Loes Gunnewijk announces retirementThu 19 Feb 2015
ORICA-AIS road captain Loes Gunnewijk will race her final year on the bike in 2015, the 34-year-old announcing today she will retire at the end of the season.
An invaluable member to six teams across a career of 15 years, Gunnewijk’s contribution extends far beyond her results on the bike and will be sorely missed amongst the women’s professional peloton.
But a desire to create her own destiny has seen the 2010 Dutch champion make this season her last.
“I wanted to be able to make my own decision, on my own terms and I wanted to stop at the highest level and also with this team,” Gunnewijk said of her decision.
“Last winter I really worked hard at coming back after my broken shoulder and I think it made me consider my goals and I really want to go full gas one more year and then it’s time for a new challenge.”
The 2010 Ronde Van Drenthe World Cup winner joined ORICA-AIS in 2012 and has since enjoyed success at the 2012 Omloop Het Nieuwsblad-Vrouwen, 2014 Santos Women’s Cup and was a key member of the team that won silver in 2012 and bronze in 2013 at the team time trial world championships.
In additional to her professional team accomplishments, Gunnewijk also looks back at the memories of pulling on the national jersey as some of her finest and hopes that this will also form the key to her send-off at the end of the season.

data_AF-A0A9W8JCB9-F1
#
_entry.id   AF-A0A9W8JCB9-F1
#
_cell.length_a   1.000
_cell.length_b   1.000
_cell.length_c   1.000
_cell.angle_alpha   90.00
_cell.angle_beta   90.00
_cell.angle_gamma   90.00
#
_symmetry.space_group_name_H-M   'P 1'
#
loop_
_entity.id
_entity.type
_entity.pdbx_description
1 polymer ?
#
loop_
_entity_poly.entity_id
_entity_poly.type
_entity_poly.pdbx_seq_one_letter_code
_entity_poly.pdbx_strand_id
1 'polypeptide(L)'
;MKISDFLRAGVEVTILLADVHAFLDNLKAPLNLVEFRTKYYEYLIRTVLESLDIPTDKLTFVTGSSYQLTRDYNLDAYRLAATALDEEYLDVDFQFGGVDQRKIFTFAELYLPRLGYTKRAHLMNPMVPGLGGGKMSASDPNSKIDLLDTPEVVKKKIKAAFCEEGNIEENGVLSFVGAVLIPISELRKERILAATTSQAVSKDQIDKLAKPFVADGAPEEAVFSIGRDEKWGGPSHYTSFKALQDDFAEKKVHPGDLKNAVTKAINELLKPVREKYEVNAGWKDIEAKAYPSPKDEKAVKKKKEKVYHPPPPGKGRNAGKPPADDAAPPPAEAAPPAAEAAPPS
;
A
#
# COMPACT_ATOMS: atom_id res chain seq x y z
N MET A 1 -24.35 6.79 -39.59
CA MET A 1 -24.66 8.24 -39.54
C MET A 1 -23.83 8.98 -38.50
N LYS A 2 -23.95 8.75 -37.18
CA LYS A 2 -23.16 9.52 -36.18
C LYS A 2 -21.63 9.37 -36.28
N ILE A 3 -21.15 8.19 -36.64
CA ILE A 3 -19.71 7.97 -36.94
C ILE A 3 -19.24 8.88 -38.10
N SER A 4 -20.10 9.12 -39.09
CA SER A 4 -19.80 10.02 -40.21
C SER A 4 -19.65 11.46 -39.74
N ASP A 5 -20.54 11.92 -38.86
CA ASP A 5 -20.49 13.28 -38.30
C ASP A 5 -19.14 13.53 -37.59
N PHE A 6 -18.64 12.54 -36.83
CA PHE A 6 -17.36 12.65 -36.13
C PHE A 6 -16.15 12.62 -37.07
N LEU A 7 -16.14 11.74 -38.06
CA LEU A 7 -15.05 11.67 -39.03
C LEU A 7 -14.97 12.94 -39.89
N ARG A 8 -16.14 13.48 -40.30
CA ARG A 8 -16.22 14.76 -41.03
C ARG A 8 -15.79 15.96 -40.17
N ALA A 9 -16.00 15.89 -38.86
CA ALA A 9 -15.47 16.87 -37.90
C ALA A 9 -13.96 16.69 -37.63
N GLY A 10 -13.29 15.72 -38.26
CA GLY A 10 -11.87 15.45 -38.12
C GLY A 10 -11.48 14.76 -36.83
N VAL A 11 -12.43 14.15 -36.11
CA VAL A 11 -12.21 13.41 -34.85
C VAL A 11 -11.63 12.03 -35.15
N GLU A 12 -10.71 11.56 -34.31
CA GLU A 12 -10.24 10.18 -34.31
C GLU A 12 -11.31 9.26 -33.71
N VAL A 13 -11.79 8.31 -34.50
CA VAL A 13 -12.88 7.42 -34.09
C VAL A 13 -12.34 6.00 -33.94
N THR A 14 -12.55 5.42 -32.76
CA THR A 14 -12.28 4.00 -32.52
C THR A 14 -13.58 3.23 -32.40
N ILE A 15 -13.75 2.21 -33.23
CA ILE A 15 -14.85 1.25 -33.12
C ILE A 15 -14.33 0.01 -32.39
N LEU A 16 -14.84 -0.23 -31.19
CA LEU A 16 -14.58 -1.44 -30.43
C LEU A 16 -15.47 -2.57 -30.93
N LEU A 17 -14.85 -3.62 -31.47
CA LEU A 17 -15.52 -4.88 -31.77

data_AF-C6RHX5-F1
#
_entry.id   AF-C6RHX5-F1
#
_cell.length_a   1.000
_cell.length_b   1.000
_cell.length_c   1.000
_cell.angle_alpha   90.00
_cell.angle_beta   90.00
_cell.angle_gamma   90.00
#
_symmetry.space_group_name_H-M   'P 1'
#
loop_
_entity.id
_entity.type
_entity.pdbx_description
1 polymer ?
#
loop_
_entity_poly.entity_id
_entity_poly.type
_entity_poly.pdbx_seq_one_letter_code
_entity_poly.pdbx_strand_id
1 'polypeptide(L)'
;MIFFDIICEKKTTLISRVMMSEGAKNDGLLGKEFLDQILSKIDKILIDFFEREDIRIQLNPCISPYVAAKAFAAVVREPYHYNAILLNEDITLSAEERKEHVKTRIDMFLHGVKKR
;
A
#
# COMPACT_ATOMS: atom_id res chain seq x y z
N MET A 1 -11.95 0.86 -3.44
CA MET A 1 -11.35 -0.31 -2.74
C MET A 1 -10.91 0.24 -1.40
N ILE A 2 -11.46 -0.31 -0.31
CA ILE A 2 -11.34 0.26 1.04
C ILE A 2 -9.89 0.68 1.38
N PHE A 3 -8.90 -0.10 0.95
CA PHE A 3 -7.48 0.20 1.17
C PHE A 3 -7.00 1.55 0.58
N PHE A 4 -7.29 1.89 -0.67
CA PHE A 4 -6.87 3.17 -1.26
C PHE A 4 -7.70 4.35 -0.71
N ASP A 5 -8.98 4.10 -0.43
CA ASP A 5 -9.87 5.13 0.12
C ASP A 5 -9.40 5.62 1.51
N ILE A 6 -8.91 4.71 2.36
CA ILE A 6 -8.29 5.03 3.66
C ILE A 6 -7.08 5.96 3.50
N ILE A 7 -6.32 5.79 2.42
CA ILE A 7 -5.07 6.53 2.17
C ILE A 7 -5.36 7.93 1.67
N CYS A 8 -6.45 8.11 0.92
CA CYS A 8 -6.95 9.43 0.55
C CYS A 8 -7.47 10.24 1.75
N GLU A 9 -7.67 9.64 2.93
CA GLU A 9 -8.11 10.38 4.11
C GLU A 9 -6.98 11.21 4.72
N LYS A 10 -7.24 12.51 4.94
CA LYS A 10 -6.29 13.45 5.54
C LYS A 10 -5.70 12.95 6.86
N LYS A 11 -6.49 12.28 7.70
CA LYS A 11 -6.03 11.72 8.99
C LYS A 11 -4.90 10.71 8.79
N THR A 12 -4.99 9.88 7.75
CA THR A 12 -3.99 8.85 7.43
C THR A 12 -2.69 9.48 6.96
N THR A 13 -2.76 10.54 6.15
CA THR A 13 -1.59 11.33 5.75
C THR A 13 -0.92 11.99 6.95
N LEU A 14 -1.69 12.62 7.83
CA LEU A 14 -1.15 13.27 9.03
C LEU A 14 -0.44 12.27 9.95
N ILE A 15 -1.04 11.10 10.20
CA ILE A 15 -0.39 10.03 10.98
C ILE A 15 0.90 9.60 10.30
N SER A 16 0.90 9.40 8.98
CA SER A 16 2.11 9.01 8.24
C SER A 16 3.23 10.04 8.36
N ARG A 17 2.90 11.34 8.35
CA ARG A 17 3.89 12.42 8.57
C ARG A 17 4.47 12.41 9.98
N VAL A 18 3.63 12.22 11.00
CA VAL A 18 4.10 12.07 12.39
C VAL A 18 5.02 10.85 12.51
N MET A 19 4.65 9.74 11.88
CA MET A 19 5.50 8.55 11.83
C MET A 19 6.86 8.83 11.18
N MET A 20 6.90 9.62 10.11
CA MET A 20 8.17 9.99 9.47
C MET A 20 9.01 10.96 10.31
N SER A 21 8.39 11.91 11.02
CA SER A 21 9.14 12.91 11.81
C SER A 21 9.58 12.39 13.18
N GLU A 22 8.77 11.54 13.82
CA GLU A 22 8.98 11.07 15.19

“I think I have a lot of highlights, but especially the national titles,” Gunnewijk said. “It’s really special to hear the national anthem played for you.”
“The Olympics in London were really good memories and the worlds, but also stage races in the Giro and Holland Ladies Tour as well.
“It would be the ideal scenario to finish at the world championships. In Holland you have a lot of good riders so it’s also a battle to get selected but that would be awesome to ride the road race as my last race and it would also be my tenth world championships so that would be awesome.”
Post racing, Gunnewijk will utilise her degree to remain in the industry she loves, but for now it’s back to business.
“First of all I just want to focus on this year and ride well with the team,” Gunnewijk said when asked of the future. “After that I have a degree as a sport manager so I will stay in sport but how and what, I will think about that later.
“I just want to go out with a big bang. I want to go full gas, enjoy every race and I want to make good results.”
It is that exact attitude that won the hearts of senior women's road coach Martin Barras and his counterparts and quickly turned her into the ‘foundation stone of GreenEDGE Women’.
“Loes was one of those riders we had talked about at length during the long hours on the road well before we knew we had a team to build,” Barras said.
“We loved her aggressive racing style. But mostly we longed for a team captain of her caliber. For our new team, this was always going to be the first rider to recruit and the one the team would be built around.
“She has anchored our team on and off the road for three years and will do so for another season.